“Lily came to me to foster under the concurrent planning scheme direct from the hospital when she was a tiny baby of five days. Her mother struggled with drink and substance misuse problems and was in prison for the last six months of her pregnancy and after the birth.
“I visited her with Lily three times a week, staying for up to half an hour.
“We had a good relationship, and she seemed to feel I was doing a good job and that Lily would stay with me.
“All the same I knew I had to see myself as a foster carer and not Lily’s mum. At one point Lily’s dad said he wanted to be considered for her care. But when we actually met him we realised he just wanted to make an effort to say it to show he was not just washing his hands of her.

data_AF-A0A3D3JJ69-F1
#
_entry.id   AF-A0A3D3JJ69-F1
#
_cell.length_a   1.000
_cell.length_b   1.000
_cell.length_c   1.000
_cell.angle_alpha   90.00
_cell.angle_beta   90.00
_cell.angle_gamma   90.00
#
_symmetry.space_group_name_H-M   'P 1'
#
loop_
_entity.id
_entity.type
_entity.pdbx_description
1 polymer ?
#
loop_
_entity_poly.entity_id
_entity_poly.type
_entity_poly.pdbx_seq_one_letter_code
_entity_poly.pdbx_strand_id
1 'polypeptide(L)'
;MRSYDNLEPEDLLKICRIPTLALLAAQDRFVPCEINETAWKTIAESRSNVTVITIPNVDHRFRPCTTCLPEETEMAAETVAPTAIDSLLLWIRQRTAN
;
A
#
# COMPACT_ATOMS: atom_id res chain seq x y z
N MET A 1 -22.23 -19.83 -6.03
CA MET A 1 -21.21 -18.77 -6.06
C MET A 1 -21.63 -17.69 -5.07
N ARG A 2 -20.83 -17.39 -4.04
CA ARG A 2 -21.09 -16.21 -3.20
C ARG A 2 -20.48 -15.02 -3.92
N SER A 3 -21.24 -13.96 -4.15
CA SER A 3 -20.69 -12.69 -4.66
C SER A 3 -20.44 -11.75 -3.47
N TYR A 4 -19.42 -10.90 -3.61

“In the end Lily’s mum said, ‘If Lily does get adopted she’s going to stay with you isn’t she?’ We had many tears. In her eyes I was the alternative to Lily being whisked off with no idea where she was going. I gave it a face.
“I am amazed at what children can survive. And what a live wire Lily is. A happy little baby.”
Case studies are real but names are changed and models used to protect confidentiality
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